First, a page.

• If you must customize a table whose type is Extension or Extension (Siebel), then you must extend from the base table of the table, not from the extension table. The Base Table property of the extension table describes which base table to extend. For example, the S_CONTACT table is an extension table of the S_PARTY table. Because the S_CONTACT table is an Extension (Siebel) table, you cannot use it as a parent table for an extension table. Instead, extend the S_PARTY table and use an implicit join to display the data from the extension table.
  • A custom one-to-one extension table does not require new docking rules because the Siebel schema implicitly routes data in this table according to the docking rules of the parent table.

Guidelines for Customizing a Base Table or Customizing a One-To-Many Extension Table

To decide to add an extension column to a base table or to use columns in a one-to-many extension table, consider the following guidelines:

  • Try to use a predefined one-to-many extension table or column to meet design requirements. They are predefined and already part of the data objects layer so they do not require modification of the Siebel schema or the physical database. If a predefined extension table or column is not available, then explore other options, such as creating a new extension table.
  • Add extension columns to a base table if the data you must store almost always exists for a given base record and is accessed regularly. By avoiding the join that an extension table uses, this technique often results in better performance. However, note that it can result in slower access to the base table if a lot of data exists where numerous large fields are added and where these fields always contain data. In this situation, fewer rows fit on one page.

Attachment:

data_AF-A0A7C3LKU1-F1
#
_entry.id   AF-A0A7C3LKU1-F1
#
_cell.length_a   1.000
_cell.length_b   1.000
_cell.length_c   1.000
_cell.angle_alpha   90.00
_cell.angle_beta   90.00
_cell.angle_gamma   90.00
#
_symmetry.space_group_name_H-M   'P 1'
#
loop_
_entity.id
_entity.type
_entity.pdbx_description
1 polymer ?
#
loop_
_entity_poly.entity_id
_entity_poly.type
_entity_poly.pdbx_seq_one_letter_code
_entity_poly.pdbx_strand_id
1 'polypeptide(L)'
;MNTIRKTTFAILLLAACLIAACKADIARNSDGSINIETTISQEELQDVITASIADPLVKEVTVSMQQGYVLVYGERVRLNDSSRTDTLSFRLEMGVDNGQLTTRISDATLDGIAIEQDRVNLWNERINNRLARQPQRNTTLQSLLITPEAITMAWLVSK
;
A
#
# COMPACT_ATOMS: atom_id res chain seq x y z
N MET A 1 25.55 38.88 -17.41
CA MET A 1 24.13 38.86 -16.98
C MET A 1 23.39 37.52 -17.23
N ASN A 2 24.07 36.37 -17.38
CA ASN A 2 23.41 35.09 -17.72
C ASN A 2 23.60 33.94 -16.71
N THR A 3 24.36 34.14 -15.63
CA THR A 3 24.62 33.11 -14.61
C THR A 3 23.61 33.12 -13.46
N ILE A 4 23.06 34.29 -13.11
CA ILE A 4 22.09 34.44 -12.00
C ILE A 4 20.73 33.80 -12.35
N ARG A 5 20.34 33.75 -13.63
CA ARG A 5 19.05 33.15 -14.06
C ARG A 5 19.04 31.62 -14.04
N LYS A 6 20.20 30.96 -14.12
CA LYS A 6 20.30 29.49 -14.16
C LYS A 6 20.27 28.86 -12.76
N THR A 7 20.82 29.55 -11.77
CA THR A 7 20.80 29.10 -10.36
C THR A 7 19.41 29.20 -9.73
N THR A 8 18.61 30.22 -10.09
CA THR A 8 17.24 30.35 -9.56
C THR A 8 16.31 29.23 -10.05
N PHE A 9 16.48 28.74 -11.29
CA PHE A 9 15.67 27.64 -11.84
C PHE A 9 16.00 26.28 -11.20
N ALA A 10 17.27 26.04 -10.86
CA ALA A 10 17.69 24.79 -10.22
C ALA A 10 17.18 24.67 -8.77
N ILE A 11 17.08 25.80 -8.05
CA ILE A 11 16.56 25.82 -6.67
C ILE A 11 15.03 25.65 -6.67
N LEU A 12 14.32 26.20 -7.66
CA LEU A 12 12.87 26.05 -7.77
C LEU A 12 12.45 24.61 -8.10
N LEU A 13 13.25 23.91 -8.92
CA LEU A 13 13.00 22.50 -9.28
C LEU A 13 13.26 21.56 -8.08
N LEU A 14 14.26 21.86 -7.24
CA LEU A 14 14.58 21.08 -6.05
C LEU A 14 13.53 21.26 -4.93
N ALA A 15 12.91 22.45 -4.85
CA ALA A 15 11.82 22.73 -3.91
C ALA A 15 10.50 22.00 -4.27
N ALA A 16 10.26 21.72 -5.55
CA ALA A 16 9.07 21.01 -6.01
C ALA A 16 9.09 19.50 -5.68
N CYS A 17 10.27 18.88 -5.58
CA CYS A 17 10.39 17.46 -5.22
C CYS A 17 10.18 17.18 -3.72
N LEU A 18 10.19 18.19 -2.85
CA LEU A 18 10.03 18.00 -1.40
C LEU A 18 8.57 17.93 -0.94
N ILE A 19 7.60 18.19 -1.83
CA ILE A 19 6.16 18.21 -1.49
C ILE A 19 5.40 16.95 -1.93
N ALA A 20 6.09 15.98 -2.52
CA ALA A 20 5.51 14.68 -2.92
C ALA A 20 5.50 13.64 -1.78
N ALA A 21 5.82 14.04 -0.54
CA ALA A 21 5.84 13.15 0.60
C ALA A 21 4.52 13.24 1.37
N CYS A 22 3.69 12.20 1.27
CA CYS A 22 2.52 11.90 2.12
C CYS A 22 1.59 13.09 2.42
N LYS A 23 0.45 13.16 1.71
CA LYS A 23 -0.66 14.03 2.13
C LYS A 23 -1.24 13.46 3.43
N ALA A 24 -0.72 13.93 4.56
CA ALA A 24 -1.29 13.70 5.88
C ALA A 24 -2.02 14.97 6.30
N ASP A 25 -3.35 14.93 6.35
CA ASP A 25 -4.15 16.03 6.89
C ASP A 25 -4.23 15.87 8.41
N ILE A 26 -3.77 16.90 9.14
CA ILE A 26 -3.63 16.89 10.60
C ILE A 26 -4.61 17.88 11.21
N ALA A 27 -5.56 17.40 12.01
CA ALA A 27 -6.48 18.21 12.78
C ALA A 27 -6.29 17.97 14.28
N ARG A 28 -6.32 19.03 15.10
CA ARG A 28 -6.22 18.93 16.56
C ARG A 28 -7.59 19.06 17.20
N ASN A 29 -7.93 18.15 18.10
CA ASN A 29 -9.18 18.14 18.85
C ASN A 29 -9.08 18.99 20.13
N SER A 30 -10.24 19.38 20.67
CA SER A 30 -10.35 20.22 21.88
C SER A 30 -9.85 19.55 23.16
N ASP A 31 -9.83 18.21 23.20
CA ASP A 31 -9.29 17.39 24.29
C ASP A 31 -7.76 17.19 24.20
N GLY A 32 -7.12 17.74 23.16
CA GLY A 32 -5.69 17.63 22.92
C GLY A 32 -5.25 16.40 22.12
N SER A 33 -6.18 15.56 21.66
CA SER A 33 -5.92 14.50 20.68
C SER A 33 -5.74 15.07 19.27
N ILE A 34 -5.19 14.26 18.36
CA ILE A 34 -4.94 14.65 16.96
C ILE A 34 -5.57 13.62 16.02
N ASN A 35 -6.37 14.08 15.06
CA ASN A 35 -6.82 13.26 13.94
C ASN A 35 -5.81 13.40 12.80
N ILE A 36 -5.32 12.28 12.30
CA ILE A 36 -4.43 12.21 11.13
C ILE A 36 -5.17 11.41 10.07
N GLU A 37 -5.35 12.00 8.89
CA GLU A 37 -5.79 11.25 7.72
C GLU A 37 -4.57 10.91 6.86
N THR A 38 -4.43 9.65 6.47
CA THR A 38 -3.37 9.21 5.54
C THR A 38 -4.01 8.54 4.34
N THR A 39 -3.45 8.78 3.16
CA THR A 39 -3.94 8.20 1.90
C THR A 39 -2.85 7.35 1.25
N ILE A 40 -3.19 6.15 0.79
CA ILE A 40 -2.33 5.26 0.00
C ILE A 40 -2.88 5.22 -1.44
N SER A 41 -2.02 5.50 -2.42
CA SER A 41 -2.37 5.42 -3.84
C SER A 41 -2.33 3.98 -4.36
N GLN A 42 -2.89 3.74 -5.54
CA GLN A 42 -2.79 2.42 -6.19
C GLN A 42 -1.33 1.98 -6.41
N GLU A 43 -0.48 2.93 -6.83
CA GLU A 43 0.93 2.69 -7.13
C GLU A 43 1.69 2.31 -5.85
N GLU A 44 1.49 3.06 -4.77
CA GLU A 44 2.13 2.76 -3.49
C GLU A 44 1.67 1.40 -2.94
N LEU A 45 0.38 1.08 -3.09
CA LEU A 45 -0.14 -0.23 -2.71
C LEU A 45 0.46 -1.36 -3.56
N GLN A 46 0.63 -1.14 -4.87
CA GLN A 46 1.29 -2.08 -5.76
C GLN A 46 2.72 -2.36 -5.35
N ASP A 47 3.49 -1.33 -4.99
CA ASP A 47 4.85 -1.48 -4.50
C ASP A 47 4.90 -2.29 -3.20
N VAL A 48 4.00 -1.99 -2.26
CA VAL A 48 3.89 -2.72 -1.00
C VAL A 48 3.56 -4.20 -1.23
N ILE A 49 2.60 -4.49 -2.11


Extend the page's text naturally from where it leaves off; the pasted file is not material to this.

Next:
NOTE:  If a user query regularly includes an extension column, then it is likely that an index is required on the column that must be included on another base table column. Therefore, you must add it to the base table.

  • Use columns in a one-to-many extension table if one-to-many extension fields are required, and if the user only infrequently accesses the view that displays this data. In this situation, Siebel CRM executes the join for the extension table, but only if the user accesses this view.

Guidelines for Customizing a Foreign Key That Affects Enterprise Integration Manager

Use caution if you configure an extension column to contain a foreign key. An extension column that contains a foreign key might be appropriate if it references a business object that is visible to the enterprise. You must avoid an extension column that contains a foreign key if it references a business object whose visibility is limited, such as Opportunity, Contact, Account, or Service Request. Using an extension column as a foreign key column can cause problems if Siebel CRM generates an EIM mapping or if Siebel CRM routes data to a remote user.

You cannot configure EIM to import data to a foreign key column, because you cannot configure the required EIM object types.

You cannot add an EIM mapping for a foreign key relationship to a table that does not include a user key.

Guidelines for Creating a Custom Docking Rule

If your enterprise uses the Siebel Mobile Web Client, then note that Dock Object Visibility rules govern how Siebel CRM downloads data to the local database. These rules use predefined relationships to determine which data from which tables Siebel CRM routes to the local database of the remote user.

If you create a new relationship, then there are no Dock Object Visibility rules that allow relevant data to be downloaded to the local database. This situation might result with a user who cannot view data. To resolve this problem, you can use a feature of the Docking Wizard to create custom docking rules for custom foreign keys. You must analyze how your customization affects performance before you create a new Dock Object Visibility rule or object. This analysis is required to avoid performance problems with the Transaction Processor and Transaction Router.

If you add a rule, then you might inadvertently add a significant number of database records for Remote users, which might affect initialization and synchronization performance. An increased number of records in the Remote database might also affect performance.

For more information about Dock Objects, see Configuring Dock Objects for Siebel Remote.